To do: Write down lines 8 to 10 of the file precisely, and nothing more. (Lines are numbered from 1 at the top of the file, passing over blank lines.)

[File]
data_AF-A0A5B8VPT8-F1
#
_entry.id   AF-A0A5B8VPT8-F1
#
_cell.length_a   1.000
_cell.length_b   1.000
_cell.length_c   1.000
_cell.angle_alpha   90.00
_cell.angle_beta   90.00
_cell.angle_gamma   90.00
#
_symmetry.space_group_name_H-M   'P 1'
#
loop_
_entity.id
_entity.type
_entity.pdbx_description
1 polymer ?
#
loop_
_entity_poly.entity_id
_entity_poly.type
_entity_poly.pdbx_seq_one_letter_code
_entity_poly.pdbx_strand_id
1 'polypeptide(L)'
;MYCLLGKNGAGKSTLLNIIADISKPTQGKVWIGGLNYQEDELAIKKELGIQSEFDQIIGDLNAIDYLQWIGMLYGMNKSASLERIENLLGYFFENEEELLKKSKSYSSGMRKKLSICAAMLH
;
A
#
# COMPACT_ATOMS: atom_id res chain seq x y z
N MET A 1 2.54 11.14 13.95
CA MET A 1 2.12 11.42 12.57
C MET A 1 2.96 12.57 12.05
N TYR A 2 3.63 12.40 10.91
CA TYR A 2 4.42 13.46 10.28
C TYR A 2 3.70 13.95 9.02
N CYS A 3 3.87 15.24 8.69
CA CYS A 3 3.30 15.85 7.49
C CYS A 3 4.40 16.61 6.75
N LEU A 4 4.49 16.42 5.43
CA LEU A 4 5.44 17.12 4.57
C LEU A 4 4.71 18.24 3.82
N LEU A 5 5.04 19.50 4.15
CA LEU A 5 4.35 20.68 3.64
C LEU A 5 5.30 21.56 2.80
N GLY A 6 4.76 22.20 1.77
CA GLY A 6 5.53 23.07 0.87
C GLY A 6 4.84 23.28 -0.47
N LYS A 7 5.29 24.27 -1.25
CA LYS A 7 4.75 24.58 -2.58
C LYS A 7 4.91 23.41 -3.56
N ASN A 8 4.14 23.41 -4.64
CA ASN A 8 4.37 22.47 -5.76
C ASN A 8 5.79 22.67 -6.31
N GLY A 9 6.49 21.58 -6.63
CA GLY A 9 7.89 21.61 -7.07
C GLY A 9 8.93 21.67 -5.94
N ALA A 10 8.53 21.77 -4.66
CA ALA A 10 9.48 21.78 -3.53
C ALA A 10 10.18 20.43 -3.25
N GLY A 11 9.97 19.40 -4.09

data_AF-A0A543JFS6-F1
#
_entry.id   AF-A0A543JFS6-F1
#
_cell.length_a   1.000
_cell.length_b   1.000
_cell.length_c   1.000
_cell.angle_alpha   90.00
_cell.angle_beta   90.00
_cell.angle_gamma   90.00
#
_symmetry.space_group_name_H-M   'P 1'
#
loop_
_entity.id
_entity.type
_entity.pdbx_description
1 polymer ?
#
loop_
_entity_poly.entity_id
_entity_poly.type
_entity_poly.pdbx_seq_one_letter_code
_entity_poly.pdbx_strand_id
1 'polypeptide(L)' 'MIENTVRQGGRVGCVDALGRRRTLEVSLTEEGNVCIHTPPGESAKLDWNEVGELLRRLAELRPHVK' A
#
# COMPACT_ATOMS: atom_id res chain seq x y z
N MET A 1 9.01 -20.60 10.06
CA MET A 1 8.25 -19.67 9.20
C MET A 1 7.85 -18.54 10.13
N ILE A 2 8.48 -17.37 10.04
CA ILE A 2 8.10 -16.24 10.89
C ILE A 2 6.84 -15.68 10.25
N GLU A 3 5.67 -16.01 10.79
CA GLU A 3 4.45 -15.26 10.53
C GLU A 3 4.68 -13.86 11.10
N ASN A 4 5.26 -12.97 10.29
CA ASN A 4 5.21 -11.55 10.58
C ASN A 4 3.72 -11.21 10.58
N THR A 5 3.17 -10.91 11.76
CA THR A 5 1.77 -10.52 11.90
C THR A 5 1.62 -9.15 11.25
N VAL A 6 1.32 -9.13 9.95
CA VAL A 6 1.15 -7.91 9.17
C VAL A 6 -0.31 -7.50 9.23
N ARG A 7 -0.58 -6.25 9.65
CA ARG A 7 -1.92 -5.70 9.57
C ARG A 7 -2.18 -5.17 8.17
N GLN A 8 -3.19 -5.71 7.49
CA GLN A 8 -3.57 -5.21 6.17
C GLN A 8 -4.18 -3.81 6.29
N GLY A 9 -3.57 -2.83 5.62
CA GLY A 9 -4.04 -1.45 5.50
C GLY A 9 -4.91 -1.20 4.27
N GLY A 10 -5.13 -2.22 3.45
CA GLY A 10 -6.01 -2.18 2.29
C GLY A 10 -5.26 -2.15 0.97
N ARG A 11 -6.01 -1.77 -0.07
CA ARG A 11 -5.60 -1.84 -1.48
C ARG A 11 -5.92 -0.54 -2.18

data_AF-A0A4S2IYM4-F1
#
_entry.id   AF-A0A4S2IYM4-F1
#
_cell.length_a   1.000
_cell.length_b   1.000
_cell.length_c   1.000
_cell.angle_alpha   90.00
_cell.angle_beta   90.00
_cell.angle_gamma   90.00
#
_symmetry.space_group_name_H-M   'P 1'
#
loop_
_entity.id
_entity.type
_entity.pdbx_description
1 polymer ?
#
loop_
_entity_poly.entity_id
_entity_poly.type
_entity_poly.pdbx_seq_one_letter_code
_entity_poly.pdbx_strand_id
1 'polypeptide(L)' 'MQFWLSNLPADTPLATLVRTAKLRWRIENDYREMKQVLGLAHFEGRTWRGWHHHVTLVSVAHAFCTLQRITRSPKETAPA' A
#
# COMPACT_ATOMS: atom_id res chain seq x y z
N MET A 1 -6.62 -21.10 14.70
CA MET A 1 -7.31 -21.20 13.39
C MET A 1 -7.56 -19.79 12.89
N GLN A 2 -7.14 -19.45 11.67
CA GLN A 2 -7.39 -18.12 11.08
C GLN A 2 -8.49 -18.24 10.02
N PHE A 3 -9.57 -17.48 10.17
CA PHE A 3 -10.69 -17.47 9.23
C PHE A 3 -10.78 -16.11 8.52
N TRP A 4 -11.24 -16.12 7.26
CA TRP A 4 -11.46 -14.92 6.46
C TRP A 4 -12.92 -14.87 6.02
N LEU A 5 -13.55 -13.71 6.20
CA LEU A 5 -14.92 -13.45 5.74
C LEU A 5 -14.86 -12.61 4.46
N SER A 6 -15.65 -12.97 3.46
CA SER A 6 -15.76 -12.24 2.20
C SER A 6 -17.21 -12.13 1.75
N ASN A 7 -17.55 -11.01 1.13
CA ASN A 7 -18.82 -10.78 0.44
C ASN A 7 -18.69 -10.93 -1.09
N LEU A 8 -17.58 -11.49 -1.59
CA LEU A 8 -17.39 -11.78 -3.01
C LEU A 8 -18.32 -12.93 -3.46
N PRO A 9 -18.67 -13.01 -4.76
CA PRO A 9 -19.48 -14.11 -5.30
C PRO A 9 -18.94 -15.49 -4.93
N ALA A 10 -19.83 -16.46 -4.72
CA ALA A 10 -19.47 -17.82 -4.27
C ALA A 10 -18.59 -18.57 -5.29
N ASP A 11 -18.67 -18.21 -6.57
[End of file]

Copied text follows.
_cell.angle_alpha   90.00
_cell.angle_beta   90.00
_cell.angle_gamma   90.00